As of December 28th, 2014 with gold prices at $1,195.53/oz the algorithm is bearish in all three time horizons. The signals in the short term are relatively weak, and thus don't represent a strong enough indication to make an investment decision. However, the 1 year horizon has a GLD signal of -35.10, and XAU signal of -1.6, which suggests the algorithm, is more in line with Goldman Sachs estimates of $1,050 than others' $1,200+.
How to Read the Indicators
The signal represents the predicted movement direction or trend, and is not a percentage or specific target price. The signal strength indicates how much the current price deviates from what the system considers an equilibrium or "fair" price. The signal can have a positive (predicted increase) or negative (predicted decline) sign. The heat map is arranged according to the signal strength with strongest up signals at the top, while down signals are at the bottom. The table colors are indicative of the signal. Green corresponds to the positive signal and red indicates a negative signal. A deeper color means a stronger signal and a lighter color equals a weaker signal.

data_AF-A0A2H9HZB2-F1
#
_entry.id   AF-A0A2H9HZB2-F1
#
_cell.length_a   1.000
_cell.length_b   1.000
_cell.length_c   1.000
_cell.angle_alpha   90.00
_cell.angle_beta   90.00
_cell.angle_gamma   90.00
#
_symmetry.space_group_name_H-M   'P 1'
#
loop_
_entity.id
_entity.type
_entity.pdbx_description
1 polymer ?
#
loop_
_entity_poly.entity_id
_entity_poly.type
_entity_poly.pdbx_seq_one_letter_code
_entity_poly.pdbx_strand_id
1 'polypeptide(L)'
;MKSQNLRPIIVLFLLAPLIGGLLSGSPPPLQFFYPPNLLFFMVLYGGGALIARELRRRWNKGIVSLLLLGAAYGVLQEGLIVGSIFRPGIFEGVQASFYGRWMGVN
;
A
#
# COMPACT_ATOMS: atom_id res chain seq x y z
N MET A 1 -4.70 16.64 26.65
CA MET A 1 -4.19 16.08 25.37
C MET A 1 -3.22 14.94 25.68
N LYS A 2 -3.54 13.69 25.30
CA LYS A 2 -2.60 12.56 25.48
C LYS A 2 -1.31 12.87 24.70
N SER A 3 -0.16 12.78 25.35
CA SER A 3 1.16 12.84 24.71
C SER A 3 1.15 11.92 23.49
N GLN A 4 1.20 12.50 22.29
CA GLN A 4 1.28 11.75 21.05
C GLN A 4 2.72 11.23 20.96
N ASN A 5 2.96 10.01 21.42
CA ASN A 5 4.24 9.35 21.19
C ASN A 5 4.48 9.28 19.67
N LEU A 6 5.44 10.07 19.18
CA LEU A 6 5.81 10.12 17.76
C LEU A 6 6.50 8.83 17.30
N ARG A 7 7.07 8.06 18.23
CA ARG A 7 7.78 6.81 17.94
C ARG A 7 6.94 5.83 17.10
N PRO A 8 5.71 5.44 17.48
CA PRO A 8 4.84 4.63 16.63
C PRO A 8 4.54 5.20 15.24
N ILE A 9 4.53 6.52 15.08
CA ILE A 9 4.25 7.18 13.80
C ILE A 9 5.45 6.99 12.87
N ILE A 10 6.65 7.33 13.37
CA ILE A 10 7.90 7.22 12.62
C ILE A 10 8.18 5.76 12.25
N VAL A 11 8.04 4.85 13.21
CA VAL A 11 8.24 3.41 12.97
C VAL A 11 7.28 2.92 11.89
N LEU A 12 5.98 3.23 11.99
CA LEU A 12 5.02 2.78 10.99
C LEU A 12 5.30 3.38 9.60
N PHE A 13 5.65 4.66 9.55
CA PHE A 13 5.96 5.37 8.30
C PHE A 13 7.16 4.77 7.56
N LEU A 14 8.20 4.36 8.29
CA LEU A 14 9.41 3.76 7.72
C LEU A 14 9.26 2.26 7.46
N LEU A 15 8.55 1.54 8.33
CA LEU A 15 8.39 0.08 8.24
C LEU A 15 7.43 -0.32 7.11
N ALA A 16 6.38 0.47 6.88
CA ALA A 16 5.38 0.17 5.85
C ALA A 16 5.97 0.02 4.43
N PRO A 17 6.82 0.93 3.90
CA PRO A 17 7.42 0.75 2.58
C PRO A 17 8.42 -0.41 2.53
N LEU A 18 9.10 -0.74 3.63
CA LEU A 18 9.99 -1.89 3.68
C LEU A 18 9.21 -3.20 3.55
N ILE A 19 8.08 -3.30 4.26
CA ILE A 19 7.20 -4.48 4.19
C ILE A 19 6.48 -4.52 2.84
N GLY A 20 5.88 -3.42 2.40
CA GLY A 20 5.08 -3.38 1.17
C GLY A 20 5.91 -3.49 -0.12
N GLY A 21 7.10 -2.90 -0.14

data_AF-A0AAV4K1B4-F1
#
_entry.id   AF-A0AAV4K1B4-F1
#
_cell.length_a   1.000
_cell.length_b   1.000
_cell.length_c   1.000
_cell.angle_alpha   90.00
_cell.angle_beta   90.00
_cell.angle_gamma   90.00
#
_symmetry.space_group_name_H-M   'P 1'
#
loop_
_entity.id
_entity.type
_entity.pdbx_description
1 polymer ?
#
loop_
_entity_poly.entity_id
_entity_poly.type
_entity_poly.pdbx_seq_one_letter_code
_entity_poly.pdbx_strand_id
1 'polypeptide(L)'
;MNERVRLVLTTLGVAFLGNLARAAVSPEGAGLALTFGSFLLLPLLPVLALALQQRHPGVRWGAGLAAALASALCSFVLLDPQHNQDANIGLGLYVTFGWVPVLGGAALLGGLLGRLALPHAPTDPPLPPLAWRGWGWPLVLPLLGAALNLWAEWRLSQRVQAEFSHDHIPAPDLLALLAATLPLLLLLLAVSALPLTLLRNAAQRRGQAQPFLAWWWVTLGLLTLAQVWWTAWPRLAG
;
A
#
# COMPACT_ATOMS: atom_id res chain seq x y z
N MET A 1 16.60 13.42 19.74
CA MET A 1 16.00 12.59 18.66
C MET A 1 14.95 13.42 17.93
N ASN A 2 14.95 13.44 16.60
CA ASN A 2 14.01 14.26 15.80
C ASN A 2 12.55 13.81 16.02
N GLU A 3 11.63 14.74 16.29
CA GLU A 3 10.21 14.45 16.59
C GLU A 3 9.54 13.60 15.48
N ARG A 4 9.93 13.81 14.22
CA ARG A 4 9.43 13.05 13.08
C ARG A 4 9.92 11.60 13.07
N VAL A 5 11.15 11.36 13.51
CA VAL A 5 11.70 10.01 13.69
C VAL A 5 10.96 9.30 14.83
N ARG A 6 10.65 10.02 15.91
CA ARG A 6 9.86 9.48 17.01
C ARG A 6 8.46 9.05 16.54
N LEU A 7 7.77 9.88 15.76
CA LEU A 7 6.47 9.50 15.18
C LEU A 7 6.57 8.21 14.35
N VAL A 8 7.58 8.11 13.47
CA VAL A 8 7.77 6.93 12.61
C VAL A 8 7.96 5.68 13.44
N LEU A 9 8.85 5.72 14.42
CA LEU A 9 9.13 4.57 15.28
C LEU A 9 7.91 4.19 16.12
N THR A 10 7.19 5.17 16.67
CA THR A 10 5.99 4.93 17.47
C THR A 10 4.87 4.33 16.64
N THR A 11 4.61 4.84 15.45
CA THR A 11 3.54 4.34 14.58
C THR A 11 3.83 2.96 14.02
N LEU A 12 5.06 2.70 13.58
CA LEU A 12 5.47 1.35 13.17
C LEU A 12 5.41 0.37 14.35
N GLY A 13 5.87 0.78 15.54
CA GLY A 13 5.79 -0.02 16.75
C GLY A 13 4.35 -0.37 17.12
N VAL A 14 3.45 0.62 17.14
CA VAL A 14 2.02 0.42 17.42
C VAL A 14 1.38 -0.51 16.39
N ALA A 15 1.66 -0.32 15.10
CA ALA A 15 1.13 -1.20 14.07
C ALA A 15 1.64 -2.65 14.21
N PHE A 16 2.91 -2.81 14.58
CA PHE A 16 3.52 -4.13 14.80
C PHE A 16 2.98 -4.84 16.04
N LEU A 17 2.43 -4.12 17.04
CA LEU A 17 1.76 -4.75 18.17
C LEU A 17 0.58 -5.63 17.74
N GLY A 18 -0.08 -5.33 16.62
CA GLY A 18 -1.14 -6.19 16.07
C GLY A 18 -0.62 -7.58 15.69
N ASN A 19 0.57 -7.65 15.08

The predictability indicator measures the importance of the signal. The predictability is the historical correlation between the prediction and the actual market movement for that particular asset, which is recalculated daily. Theoretically the predictability ranges from minus one to plus one. The higher this number is the more predictable the particular asset is. If you compare predictability for different time ranges, you'll find that the longer time ranges have higher predictability. This means that longer-range signals are more important and tend to be more accurate.
I Know First Research is the analytic branch of I Know First, a financial startup company that specializes in quantitatively predicting the stock market. This article was written by Daniel Hai, one of our interns. We did not receive compensation for this article, and we have no business relationship with any company whose stock is mentioned in this article.
Disclosure: The author has no positions in any stocks mentioned, and no plans to initiate any positions within the next 72 hours.
The author wrote this article themselves, and it expresses their own opinions. The author is not receiving compensation for it (other than from Seeking Alpha). The author has no business relationship with any company whose stock is mentioned in this article.